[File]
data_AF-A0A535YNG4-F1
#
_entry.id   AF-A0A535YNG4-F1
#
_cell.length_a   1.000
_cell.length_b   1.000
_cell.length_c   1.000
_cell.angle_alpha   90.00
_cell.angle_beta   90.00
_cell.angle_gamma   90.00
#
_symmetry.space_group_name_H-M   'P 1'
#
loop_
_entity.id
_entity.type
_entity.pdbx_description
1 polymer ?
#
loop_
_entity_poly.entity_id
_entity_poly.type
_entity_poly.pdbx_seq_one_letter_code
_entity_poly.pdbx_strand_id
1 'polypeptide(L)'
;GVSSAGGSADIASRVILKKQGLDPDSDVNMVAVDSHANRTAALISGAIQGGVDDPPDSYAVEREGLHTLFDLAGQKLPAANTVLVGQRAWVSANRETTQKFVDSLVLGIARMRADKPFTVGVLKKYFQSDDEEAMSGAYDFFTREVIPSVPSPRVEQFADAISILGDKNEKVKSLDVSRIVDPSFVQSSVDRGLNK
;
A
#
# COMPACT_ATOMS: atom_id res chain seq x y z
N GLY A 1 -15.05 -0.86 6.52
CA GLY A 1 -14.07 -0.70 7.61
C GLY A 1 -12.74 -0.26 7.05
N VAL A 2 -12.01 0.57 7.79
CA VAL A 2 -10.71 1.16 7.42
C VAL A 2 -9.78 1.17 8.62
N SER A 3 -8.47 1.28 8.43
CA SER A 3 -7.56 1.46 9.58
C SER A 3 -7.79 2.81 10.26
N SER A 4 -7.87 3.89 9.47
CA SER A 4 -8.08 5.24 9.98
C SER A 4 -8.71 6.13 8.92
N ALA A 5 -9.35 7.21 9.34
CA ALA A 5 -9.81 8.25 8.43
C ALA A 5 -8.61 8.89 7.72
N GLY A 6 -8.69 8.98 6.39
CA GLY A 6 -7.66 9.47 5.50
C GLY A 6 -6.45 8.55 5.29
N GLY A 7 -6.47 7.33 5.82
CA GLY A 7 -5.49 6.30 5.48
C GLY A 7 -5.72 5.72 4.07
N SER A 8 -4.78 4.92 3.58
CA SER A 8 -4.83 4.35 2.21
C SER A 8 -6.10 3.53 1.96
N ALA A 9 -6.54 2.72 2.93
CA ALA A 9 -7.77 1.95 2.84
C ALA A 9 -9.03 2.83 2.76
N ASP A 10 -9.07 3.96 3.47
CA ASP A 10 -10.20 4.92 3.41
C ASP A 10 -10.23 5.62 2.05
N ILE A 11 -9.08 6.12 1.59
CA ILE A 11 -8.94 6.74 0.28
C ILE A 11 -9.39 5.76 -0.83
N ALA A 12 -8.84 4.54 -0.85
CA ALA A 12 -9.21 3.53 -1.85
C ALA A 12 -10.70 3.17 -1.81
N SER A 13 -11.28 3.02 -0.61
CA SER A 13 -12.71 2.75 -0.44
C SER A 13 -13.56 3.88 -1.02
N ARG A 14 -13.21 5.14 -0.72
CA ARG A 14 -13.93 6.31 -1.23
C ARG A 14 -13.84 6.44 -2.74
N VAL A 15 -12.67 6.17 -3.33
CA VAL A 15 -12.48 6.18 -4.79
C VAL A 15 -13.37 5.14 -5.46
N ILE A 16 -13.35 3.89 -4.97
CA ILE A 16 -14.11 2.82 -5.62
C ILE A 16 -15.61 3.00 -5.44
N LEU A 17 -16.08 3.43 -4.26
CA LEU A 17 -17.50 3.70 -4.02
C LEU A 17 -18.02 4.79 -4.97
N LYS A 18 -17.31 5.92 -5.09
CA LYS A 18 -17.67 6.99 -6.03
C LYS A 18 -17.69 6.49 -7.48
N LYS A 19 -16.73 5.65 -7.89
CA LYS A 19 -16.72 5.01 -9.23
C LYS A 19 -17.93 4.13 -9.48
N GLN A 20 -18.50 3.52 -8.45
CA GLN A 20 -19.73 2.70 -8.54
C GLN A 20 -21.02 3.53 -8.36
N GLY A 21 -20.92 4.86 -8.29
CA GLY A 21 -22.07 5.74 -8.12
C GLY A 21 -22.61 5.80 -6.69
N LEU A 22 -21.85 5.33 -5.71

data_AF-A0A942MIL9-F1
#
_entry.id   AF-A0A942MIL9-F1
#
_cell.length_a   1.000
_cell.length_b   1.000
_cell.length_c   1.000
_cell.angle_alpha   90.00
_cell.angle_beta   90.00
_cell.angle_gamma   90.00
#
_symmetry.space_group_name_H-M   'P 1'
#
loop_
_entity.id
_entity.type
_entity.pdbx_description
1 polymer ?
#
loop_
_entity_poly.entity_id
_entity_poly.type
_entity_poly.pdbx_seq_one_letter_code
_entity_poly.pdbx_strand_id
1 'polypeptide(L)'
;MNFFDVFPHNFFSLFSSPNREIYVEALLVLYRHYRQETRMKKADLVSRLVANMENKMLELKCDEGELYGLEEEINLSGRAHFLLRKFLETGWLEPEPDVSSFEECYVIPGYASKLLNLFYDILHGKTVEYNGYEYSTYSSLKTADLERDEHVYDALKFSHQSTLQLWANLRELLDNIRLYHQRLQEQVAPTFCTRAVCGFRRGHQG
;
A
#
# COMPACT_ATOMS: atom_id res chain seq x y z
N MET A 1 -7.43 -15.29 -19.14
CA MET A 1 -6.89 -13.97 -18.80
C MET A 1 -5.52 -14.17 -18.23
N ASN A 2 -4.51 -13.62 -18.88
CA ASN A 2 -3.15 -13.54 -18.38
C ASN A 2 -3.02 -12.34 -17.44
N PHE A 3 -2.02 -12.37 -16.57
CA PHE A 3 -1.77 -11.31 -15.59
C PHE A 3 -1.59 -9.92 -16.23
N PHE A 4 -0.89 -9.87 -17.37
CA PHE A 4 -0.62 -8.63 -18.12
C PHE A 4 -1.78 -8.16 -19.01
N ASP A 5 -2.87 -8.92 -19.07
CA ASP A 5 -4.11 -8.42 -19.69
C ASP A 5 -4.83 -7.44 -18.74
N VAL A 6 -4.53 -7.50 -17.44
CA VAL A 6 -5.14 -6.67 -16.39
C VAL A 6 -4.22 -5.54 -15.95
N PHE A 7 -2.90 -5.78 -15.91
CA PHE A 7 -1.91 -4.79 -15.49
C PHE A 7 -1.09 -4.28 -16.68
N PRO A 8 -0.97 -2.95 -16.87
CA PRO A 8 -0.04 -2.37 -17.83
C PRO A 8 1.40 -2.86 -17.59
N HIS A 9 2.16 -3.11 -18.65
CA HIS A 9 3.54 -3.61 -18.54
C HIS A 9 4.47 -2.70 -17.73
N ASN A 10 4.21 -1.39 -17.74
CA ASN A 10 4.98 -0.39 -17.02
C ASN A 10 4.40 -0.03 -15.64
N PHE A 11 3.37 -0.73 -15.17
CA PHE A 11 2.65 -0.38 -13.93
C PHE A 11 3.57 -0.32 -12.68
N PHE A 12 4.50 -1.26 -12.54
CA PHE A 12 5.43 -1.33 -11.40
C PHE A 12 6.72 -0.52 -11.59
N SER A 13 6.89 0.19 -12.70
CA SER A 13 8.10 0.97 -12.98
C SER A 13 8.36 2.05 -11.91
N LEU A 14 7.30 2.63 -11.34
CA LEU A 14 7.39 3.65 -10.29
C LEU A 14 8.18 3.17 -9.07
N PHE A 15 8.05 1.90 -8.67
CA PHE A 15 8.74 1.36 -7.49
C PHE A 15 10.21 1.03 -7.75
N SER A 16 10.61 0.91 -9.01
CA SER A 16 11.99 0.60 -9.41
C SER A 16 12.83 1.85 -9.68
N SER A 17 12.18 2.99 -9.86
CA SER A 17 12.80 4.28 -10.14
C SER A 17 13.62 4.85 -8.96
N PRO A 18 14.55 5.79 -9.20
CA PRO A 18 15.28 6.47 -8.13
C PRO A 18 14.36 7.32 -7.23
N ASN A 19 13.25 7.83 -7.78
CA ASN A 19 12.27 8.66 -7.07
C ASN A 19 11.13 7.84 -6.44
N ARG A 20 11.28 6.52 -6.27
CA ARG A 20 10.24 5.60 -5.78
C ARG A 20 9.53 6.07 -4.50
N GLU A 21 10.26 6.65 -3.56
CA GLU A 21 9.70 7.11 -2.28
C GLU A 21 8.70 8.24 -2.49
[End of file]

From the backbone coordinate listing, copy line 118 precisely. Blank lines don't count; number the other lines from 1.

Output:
_entity_poly.pdbx_strand_id